Of the 3 I wrote, this was the third and it was my favorite too. Surprisingly it clocked in around 250 words, making it not only the last pitch I wrote but the shortest by 50 words. Re-reading it now my stomach is clenching and the agitated shaking is revving up. I'm nervous because they're only taking 400 entries to the next round. That's 4%. Conversely, 96%of the people who entered this contest three weeks ago will not be making it to the next round. 

The first order of business for me is to stop freaking out about it. Entering this contest was one of those rare scenarios where I had everything to gain and nothing to lose, because the entries are confidential and there were no barriers to entry: no fee, no promises, nothing. If I check the website tomorrow and my name isn't on the list I lose nothing and I gain nothing and my life continues. The extreme emotional roller coaster comes from what the potential gain is- there are 5 categories and the winner of each category gets a $15,000 advance and a publishing deal with Amazon. But those 5 novels then go head to head, and the "Grand Prize Winner" gets the same publishing deal, but with a $50,000 advance.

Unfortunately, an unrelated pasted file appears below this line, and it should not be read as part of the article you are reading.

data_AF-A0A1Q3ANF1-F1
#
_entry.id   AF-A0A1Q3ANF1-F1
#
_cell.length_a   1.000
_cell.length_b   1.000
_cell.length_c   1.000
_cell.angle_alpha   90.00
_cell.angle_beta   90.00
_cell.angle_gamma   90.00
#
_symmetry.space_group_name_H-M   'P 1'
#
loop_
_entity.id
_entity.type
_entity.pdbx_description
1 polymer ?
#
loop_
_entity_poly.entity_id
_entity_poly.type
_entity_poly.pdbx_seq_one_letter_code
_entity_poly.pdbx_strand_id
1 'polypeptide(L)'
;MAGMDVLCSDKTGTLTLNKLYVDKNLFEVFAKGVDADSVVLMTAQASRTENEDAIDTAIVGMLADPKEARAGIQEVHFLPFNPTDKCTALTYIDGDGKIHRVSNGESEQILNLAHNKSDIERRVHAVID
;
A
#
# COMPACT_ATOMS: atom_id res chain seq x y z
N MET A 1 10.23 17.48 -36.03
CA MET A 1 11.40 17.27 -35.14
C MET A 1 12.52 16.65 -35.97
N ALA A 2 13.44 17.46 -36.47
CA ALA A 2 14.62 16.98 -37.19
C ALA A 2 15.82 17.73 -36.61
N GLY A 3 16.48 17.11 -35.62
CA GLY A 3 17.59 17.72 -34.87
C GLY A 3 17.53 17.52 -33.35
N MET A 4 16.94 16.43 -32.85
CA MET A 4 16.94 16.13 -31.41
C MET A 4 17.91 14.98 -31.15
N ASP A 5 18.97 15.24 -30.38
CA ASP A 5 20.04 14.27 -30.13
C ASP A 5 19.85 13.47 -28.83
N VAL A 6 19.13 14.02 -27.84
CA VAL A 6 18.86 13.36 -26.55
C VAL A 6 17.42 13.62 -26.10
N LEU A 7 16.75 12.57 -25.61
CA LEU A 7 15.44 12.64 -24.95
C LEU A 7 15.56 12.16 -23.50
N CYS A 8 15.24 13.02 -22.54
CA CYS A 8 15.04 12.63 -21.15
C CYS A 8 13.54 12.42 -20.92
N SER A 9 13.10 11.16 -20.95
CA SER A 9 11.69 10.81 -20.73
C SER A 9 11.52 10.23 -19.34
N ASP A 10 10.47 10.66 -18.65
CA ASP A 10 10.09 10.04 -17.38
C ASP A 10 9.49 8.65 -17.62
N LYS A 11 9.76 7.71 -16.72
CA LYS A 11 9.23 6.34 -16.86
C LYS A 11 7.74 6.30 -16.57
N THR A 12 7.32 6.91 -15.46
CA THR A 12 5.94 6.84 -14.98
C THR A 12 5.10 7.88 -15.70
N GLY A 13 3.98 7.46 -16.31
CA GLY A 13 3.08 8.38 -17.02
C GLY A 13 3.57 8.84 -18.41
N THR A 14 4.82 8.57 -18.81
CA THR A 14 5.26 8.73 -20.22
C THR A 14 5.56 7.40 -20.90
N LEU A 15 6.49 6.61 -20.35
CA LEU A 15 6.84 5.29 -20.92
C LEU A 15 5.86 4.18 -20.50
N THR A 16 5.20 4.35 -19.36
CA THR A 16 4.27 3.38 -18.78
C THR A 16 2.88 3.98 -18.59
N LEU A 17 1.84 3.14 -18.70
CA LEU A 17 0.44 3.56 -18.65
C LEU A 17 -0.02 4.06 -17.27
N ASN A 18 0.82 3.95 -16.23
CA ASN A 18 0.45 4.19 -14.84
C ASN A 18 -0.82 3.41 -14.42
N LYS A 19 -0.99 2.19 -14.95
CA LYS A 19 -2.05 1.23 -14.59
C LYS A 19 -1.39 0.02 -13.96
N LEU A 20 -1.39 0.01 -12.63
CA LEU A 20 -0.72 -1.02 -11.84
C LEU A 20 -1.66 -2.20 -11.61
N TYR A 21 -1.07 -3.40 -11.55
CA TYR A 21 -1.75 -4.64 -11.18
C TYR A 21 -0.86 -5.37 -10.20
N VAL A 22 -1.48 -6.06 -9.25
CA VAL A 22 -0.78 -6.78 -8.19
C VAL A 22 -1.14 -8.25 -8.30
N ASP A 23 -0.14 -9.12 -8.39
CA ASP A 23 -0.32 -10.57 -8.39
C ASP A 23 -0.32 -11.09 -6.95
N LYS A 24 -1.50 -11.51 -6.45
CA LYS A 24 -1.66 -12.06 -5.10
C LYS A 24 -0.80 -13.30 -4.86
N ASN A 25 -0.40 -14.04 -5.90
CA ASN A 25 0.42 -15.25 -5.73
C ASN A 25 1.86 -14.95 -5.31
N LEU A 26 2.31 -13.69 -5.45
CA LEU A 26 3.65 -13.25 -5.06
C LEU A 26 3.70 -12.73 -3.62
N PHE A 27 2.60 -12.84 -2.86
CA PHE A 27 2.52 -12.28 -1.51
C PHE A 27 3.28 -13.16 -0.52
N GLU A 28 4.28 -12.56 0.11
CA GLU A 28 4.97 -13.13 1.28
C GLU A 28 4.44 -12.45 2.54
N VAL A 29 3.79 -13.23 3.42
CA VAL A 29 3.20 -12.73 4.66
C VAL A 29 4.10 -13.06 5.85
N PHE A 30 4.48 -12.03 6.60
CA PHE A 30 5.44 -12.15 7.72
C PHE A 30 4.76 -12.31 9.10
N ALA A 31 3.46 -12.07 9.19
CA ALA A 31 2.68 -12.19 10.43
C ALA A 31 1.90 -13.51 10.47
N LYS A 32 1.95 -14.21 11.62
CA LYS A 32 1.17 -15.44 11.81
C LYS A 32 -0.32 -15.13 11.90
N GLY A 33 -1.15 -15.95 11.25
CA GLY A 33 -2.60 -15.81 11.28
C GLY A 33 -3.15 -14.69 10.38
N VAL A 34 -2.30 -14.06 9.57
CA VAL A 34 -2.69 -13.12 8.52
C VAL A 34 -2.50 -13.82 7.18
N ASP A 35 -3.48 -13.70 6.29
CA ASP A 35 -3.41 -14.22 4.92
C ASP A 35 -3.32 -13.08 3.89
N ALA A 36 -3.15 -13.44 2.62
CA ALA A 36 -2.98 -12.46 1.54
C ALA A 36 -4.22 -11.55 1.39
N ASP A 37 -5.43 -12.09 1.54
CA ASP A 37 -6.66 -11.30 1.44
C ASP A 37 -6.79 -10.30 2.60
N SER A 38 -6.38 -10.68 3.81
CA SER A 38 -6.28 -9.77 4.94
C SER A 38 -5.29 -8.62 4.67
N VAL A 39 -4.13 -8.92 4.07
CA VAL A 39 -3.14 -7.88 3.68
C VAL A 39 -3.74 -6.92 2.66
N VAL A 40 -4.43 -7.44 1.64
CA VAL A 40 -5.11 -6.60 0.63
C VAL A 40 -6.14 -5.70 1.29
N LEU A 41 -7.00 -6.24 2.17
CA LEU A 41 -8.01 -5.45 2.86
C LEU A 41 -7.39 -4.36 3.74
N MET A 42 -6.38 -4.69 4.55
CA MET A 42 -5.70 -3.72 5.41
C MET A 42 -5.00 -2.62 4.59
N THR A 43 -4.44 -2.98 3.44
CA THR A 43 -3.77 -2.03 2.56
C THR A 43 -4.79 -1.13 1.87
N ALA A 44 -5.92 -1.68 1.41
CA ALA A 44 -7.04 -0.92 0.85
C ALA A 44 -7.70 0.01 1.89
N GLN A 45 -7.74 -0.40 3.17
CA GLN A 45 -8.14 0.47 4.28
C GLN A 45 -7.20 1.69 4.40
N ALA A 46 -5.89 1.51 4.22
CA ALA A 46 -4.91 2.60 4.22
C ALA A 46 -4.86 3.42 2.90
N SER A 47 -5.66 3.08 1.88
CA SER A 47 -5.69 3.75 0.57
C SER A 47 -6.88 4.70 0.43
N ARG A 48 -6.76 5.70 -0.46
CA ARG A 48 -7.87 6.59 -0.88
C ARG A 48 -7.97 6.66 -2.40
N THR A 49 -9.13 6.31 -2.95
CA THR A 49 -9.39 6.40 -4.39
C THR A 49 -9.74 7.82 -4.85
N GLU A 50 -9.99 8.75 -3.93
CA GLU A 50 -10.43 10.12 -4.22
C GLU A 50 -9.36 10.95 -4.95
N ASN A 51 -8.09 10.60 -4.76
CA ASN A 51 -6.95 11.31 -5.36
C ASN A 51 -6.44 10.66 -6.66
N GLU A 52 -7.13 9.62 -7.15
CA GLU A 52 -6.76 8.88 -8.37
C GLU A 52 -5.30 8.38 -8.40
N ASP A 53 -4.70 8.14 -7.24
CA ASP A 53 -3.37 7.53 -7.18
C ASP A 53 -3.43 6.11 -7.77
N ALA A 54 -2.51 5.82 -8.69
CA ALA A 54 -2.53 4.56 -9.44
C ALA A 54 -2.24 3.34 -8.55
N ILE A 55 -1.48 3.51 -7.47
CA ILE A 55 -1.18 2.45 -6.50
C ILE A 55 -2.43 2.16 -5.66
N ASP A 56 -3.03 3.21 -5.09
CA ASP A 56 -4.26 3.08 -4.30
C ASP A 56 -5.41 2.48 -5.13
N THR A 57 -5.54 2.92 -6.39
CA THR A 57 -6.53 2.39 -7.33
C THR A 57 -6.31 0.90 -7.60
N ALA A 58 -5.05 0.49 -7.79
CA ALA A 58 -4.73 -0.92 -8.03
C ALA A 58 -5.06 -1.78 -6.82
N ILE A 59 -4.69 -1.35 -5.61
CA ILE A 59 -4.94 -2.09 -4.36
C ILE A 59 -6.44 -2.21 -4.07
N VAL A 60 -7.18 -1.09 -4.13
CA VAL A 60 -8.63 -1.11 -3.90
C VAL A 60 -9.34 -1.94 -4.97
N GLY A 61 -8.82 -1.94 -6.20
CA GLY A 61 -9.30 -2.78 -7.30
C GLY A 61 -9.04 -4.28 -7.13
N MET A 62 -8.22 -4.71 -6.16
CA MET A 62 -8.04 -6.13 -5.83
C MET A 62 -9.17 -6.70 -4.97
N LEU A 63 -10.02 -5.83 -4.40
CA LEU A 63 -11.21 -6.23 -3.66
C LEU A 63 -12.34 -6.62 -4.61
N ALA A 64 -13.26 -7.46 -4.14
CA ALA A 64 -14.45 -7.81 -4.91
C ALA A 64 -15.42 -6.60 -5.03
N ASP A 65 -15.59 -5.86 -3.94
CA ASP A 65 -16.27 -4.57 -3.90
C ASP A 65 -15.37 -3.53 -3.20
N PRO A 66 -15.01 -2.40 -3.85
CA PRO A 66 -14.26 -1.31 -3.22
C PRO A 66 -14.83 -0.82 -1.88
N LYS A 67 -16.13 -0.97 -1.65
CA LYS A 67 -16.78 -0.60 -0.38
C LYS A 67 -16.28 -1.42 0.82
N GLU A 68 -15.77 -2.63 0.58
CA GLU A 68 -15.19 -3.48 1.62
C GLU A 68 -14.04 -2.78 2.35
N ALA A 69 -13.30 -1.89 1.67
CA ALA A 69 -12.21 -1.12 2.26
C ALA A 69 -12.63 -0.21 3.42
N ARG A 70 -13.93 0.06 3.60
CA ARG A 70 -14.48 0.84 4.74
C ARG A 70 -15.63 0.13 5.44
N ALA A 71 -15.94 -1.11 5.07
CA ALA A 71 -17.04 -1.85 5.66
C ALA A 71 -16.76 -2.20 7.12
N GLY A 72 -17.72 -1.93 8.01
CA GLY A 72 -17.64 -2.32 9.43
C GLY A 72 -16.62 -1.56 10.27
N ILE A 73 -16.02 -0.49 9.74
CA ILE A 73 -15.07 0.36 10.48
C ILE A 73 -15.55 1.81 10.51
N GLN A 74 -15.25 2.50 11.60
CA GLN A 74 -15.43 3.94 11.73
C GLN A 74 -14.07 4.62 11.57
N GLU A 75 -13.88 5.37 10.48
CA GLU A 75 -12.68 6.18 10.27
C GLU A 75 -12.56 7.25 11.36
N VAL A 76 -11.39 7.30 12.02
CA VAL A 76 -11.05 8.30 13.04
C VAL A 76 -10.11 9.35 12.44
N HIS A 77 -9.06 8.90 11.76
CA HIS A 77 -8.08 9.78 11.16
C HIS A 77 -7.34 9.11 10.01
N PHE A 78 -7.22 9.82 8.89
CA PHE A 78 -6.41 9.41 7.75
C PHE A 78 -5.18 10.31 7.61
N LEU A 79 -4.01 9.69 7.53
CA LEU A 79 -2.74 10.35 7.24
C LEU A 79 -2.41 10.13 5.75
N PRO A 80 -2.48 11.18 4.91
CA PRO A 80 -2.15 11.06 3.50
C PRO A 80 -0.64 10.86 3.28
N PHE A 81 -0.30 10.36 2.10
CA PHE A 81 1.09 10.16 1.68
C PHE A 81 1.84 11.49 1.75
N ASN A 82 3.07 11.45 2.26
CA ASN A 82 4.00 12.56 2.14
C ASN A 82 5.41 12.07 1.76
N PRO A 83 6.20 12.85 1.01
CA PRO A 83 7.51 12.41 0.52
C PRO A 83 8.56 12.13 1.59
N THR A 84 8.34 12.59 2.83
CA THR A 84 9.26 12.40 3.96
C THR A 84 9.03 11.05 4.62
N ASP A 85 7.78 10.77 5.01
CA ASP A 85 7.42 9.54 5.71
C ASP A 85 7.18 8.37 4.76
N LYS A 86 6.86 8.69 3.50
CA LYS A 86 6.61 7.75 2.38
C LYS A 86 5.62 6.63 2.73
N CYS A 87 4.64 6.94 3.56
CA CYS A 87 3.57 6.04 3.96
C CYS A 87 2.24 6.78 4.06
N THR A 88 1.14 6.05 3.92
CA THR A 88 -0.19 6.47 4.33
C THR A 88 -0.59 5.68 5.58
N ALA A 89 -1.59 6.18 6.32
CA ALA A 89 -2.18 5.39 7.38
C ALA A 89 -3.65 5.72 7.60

Then there's the intangible: I'd be a writer as a career for the rest of my life. As a job. And I wouldn't ever have to worry about finding a different one. Job security in my lifelong ambition. 

What's the danger? Oh man, everything. And, by they way, when they announced the 2nd round I wasn't in it. That may have been because I entered it in the wrong category, and it may have been just because the blurb wasn't good enough. But the book review I received on the same day took the sting out of my loss a little bit. I've posted it on Facebook and on my author page before, but it said two things that really made my day. It said, "[The Darkest Lie] is the best contemporary fantasy book ever," and "... made this book my favorite read since 'Enders Game.' Sorry Orson, this woman's got serious chops." It helps that the book review was posted by a university reading professor, aka someone who reads books for a living. So I had a bright spot to balance the disappointment: I lost to people who didn't read the book and was given that praise from someone who did.